Review: Three Stunning Lowden Acoustics

Since the late 1970s, Lowden has been building fine guitars in Northern Ireland that utilize carefully selected tonewoods, unyielding attention to voicing of the internal bracing and soundbox profiles, and lots of hand craftsmanship to ensure that its instruments deliver unhindered sustain, volume, and balance.
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Since the late 1970s, Lowden has been building fine guitars in Northern Ireland that utilize carefully selected tonewoods, unyielding attention to voicing of the internal bracing and soundbox profiles, and lots of hand craftsmanship to ensure that its instruments deliver unhindered sustain, volume, and balance. We recently had an opportunity to test three new Lowden guitars, and we were mightily impressed with the quality, sound, and playability of these high-end instruments.

LOWDEN F-50

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Well, you’ve got your great guitars and then you’ve got your flat-out amazing guitars, and this F-50 is amazing on every level. Let’s start with the cosmetics. This guitar exudes class from stem to stern, with the understated elegance that Lowden does so well. The clean fretboard—devoid of position markers, which are found on the side—is dressed up sweetly with wood binding on either side. The neck contrasts beautifully with the alpine spruce top, itself tastefully adorned with their figured Koa and abalone soundhole rosette. The Madagascar rosewood back and sides are absolutely sumptuous, but the real capper for me is the super-cool soundbox bevel that takes the top over the top. The entire package is stunning.

When you strum a chord on the F-50, all that goes out the window. This guitar sounds so good I swear you won’t care what it looks like. The top is tuned to the body so well that even a clashy Fmaj7#11 in the first position (an F with the top two strings open) rings with an unbelievable clarity. The overtones that would normally be fighting one another blend together beautifully. The sound is very well balanced—nice lows and strong mids. But it is the high end that truly floors me on this instrument. The treble response is so sweet and present, the high E string really seems like it’s as loud as the low E. Single-note parts speak with a 3-D lucidity, and moving lines within chords jump to the front of the mix. Capoing up at the magical seventh position only accentuated the great top end, and the copious sustain makes it fun to just let notes ring, as opposed to frantically flatpicking like some flat-tops require. You definitely get the sense that you can play anything on the F-50.

And, speaking of playing, this guitar is comfortable and easy to play, despite the fact that the action isn’t super low. In fact, it’s high enough to make this one of the loudest acoustics I’ve played in a long time. It’s not brash sounding at all, but the volume on tap is really impressive. There doesn’t appear to be any compression at all, and it makes for a very dynamic playing experience.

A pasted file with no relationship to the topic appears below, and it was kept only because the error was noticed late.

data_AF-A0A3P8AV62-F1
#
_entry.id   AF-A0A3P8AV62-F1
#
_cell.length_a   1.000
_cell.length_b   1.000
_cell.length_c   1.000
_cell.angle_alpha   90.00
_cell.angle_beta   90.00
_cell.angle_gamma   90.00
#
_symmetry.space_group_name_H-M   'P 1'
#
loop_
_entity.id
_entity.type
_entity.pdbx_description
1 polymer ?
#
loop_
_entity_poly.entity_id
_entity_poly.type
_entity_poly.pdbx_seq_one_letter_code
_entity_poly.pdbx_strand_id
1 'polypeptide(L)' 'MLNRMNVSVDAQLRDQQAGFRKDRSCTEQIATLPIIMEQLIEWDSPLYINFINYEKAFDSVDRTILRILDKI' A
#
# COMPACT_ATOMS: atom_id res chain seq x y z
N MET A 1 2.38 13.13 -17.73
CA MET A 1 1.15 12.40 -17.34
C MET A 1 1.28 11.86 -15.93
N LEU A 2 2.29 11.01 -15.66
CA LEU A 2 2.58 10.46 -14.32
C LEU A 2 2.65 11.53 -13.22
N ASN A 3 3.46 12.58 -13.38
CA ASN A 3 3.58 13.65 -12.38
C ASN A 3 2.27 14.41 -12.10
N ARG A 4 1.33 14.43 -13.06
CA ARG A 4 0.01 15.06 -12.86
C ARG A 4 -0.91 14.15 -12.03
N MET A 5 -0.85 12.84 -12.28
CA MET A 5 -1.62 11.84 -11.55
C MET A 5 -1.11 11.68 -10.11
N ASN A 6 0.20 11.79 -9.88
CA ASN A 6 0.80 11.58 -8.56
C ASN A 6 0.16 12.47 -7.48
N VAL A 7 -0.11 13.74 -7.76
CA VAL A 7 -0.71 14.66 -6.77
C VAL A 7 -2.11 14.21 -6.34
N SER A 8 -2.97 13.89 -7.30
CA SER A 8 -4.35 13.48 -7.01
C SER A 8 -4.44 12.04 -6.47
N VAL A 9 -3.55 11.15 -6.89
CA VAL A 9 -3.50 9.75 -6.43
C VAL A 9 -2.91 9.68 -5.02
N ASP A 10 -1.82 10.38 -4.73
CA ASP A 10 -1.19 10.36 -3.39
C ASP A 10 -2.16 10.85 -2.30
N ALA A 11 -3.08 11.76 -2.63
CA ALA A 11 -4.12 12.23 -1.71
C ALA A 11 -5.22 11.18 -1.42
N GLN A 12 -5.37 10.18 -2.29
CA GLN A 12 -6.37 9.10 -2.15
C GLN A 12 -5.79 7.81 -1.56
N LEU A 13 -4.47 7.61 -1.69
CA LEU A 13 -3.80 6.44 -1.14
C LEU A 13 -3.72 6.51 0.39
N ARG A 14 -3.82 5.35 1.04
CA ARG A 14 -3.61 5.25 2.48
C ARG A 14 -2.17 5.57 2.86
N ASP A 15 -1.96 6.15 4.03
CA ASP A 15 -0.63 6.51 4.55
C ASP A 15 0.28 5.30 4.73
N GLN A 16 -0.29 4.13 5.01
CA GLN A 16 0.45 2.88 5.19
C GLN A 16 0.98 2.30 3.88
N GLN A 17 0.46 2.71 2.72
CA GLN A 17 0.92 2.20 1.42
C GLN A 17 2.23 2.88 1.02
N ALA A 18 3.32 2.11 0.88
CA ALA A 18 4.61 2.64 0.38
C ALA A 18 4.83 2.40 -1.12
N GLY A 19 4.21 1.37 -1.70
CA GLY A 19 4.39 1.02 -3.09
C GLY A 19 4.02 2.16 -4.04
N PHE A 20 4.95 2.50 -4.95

I’m pretty much out of adjectives to describe how awesome this guitar is. It would be easy to say that it should be for this kind of money, and that’s true in many ways. But it’s hard to put a price on inspiration. When a guitar gives you this kind of feeling the moment you hit a note on it, you start to think about things like selling a few guitars and stretching a bit to get a transcendent (Hey! A new adjective!) instrument like the F-50. Musical ideas simply gush out of this guitar. One of the best I’ve ever played.
—MB

LOWDEN S-23

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The S-23 arrived dressed in the clean, simple garb of a red cedar top and walnut back and sides. The wooden rosette is tastefully rendered and the bridge brings a cool touch of figured wood to the party. The inlay-free fretboard and clear pickguard maintain the pristine, uncluttered appearance. It all adds up to a concert-sized body that is a perfect happy medium between a parlor and a dreadnought. The five-piece mahogany and rosewood neck looks as good as it feels, with the rosewood strips providing a cool swoosh where the neck meets the body. The gold Gotoh tuners with ebony buttons are the only real bling on this instrument, and they lend just the right amount of sparkle to the S-23’s quiet confidence.

The S-23 tuned up smoothly and quickly thanks to the Gotohs and it sounded great right out of the gate. The body style gives a tight, focused low end with prominent mids and brilliant highs. Open-position scale runs remain balanced and musical from the high string all the way down. Chords sound cohesive and even, with no frequencies jumping out and poking you in the eye (or ear). That evenness pays off big time when you play chords up the neck while leaving certain strings open. The highs and lows mingle in an extremely melodious way. That’s due in part to the guitar’s overall timbre, but it’s also because the S-23 intonates flawlessly. First position cowboy chords that can pinch sharp on many instruments sound in tune and consonant. Chords way up the neck ring with a mandolin-style accuracy. But combining those two chord types, say, with a D major at the fourteenth position against open D and A strings, is really striking. Every note sounds perfect, and there is no need for any of the chord-bending vibrato to mask out-of-tuneness that I tend to do compulsively on some guitars.